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The Postmodern Moment inJewish Ethics 1 mE POSTMODERN MOMENT IN JEWISH ETHICS: DE-SIGNING A POSTMODERN JEWISH MORALI1Y1 by S. Daniel Breslauer S. Daniel Breslauer is Professor of Religious' Studies at the University ofKansas. He is the author of several books, the most recent being The Thought of Mordecai Kaplan in a Postmodern Age. He has also edited The Seductiveness of Jewish Myth, forthcoming from SUNY Press. Professor Breslauer served as President of the Midwest' Jewish Studies Association during 1991-92 and has served on its Executive Committee since 1993. Over half a century ago Johan Huizinga dubbed humanity Homo Ludens, the playing species.2 He emphasized the inevitable element of play found in every human endeavor. Not only children, he suggested, but aU people learn through their incessant playing. Huizinga built on the tradition established by Erasmus' In Praise ofFolly and the seventeenthcentury metaphor of the world as theater. This perspective claims that human existence consists of role playing, gaming, competition, and the motive of fun. Certainly this tradition had its advocates among the contemporaries of Kant, Hegel, and later thinkers. Huizinga, however, claims that the dominant mood of the world-view produced since the nineteenth century has been somber and antithetical to play. Modernity, lA version of this paper, under the title "The Postmodern Moment in Jewish Ethics," was presented as a Presidential Address at the annual meeting of the Midwest Jewish Studies Association of 1995. I thank those who heard it for their comments. I also thank my daughter, Tamar Breslauer, whose cogent criticisms have improved every aspect ofthis essay. All flaws in both the argument and the presentation are, of course, my own. 2Johan HuiZinga, Homo LuderlS: A Study a/the Play-Ele11'Umt iT! Culture (Boston: Beacon Press, 1950). 2 SHOFAR Summer 1996 Vol. 14, No.4 he claims, produced a world-view "inimical to the play-factor in social life. . .. Experimental and analytical science, philosophy, reformism, Church and State, economics were all pursued in deadly earnest in the 19th century."3 "Deadly earnest," indeed! For Huizinga, a human society without play lacks life and spirit. Homo Ludens addresses the danger that occurs when, as in the nineteenth century, human culture underestimates the importance of play. Huizinga regards such underestimations with great trepidation. He fears for the life of a culture which denigrates playfulness. This fear has particular relevance for the field of religion. Abraham Joshua Heschel understood how religion suffers without a spark of joy and playfulness. Religion declined, he argued, not because it was refuted by philosophy, but because it became "irrelevant, dull, oppressive, insipid."4 Religion, for Heschel, proclaims the strange truth that joy and not only suffering provides a way to God. Although Heschel knows that the Jewish tradition contends that God's commandments were not given for the sake of pleasure, he counters with the idea of "the joy in doing a mitzvah." One goal ofJewish education, Heschel avers, is that of teaching "how to sense the ineffable delight" in the tradition. To be sure, one should not confuse joy and pleasure, Heschel remarks. Yet a tradition that neglects joy has forfeited its spark of life.5 The task of modern religious thinkers is to revive religious vitality. The postmodern moment in Jewish ethics begins when theologians take up this challenge of restoring life to the quest for a Judaic morality. These theologians can find guidance in their search through a contemporary philosophical movement that also sees itself as a response to a deadening seriousness. The eclectic trend in thought called "postmodernism " distinguishes itself from modernity by an openness to play, a willingness to have fun. One type of such play is particularly relevant to a religious tradition such as Judaism which bases itself on a literary heritage. This version of postmodernism focuses on the play occurring between written texts, their authors, and their readers. Modern interpreters , in complete seriousness, sought to understand authors better than they understood themselves. They pursued absolute objectivity which 'Huizinga, Homo Ludens, p. 192. 4Abraham Joshua Heschel, The Insecurity ofFreedom (New York: Schocken, 1972), pp. 3-4; compare Heschel, God In Search ofMan: A Philosophy ofJudaism (New York: Harper and Row, 1955), p. 3. 'Heschel...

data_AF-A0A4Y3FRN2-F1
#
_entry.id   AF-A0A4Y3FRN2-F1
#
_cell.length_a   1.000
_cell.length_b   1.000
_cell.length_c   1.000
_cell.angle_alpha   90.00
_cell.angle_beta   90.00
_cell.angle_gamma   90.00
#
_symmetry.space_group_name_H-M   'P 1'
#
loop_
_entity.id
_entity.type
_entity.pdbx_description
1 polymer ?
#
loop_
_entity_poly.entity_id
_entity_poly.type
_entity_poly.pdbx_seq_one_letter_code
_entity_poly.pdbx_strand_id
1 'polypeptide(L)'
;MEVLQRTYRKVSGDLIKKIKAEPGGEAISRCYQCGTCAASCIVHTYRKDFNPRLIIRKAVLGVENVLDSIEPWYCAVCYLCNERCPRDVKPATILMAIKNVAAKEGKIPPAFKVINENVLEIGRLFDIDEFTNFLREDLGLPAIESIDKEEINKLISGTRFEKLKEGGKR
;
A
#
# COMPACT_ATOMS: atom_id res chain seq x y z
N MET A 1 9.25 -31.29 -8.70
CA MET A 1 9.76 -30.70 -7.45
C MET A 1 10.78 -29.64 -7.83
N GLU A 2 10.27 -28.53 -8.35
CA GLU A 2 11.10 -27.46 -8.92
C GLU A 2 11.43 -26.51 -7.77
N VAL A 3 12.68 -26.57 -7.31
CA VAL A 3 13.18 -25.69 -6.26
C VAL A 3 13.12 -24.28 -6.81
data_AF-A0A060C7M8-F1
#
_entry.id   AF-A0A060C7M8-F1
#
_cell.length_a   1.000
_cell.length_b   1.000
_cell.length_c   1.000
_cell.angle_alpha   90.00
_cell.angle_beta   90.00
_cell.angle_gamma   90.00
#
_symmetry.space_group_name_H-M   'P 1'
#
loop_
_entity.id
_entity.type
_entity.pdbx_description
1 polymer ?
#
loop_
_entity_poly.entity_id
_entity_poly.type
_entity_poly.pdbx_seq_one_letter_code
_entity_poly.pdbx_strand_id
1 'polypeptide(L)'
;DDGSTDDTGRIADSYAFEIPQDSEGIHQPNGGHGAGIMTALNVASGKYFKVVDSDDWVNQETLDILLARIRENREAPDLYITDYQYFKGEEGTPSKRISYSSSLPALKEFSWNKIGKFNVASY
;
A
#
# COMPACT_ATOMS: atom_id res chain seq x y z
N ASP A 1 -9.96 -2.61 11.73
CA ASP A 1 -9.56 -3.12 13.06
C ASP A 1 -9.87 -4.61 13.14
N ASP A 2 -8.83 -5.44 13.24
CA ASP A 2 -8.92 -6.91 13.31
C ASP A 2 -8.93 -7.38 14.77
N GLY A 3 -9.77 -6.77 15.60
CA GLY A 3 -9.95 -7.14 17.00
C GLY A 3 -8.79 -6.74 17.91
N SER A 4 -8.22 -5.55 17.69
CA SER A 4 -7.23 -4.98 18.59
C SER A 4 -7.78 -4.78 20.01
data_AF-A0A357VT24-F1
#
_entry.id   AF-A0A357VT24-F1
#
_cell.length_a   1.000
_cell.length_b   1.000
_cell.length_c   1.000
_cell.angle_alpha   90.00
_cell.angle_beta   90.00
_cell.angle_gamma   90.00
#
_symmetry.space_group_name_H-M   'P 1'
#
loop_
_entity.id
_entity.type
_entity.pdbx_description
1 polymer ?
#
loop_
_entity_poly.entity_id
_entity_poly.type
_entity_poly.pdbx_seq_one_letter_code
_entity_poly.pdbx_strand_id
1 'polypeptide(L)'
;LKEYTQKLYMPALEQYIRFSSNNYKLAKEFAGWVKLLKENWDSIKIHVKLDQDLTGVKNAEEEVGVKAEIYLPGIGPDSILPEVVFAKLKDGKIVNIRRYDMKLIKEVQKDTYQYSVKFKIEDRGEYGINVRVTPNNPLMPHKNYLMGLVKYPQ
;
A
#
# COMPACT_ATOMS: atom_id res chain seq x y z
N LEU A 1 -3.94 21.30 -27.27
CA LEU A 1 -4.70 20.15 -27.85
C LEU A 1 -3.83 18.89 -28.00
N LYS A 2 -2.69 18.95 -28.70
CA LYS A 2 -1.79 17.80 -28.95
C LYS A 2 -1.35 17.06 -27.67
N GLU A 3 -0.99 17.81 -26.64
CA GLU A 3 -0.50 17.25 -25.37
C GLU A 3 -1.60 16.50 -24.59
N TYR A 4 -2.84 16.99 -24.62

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Additional Information

ISSN
1534-5165
Print ISSN
0882-8539
Pages
pp. 1-17
Launched on MUSE
2012-10-03
Open Access
No
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